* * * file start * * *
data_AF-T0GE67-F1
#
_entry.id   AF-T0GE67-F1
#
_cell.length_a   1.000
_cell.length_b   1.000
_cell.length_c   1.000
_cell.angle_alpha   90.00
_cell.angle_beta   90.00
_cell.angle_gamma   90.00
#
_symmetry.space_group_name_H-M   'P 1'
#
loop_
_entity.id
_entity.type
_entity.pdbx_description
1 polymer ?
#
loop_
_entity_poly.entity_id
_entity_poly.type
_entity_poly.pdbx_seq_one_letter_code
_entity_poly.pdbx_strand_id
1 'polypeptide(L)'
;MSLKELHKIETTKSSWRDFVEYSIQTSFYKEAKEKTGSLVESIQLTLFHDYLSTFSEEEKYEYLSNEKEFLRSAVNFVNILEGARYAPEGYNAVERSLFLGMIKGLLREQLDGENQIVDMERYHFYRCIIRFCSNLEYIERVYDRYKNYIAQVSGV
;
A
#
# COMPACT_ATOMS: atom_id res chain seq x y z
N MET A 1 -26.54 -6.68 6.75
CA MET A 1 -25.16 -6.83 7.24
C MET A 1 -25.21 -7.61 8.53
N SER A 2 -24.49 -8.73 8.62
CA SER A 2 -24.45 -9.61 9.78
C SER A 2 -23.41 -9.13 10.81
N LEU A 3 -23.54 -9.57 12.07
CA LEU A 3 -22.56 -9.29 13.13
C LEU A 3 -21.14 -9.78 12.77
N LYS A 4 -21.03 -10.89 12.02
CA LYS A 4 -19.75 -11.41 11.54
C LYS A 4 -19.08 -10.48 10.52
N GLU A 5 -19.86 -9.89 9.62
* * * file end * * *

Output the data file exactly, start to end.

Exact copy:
data_AF-T0GE67-F1
#
_entry.id   AF-T0GE67-F1
#
_cell.length_a   1.000
_cell.length_b   1.000
_cell.length_c   1.000
_cell.angle_alpha   90.00
_cell.angle_beta   90.00
_cell.angle_gamma   90.00
#
_symmetry.space_group_name_H-M   'P 1'
#
loop_
_entity.id
_entity.type
_entity.pdbx_description
1 polymer ?
#
loop_
_entity_poly.entity_id
_entity_poly.type
_entity_poly.pdbx_seq_one_letter_code
_entity_poly.pdbx_strand_id
1 'polypeptide(L)'
;MSLKELHKIETTKSSWRDFVEYSIQTSFYKEAKEKTGSLVESIQLTLFHDYLSTFSEEEKYEYLSNEKEFLRSAVNFVNILEGARYAPEGYNAVERSLFLGMIKGLLREQLDGENQIVDMERYHFYRCIIRFCSNLEYIERVYDRYKNYIAQVSGV
;
A
#
# COMPACT_ATOMS: atom_id res chain seq x y z
N MET A 1 -26.54 -6.68 6.75
CA MET A 1 -25.16 -6.83 7.24
C MET A 1 -25.21 -7.61 8.53
N SER A 2 -24.49 -8.73 8.62
CA SER A 2 -24.45 -9.61 9.78
C SER A 2 -23.41 -9.13 10.81
N LEU A 3 -23.54 -9.57 12.07
CA LEU A 3 -22.56 -9.29 13.13
C LEU A 3 -21.14 -9.78 12.77
N LYS A 4 -21.03 -10.89 12.02
CA LYS A 4 -19.75 -11.41 11.54
C LYS A 4 -19.08 -10.48 10.52
N GLU A 5 -19.86 -9.89 9.62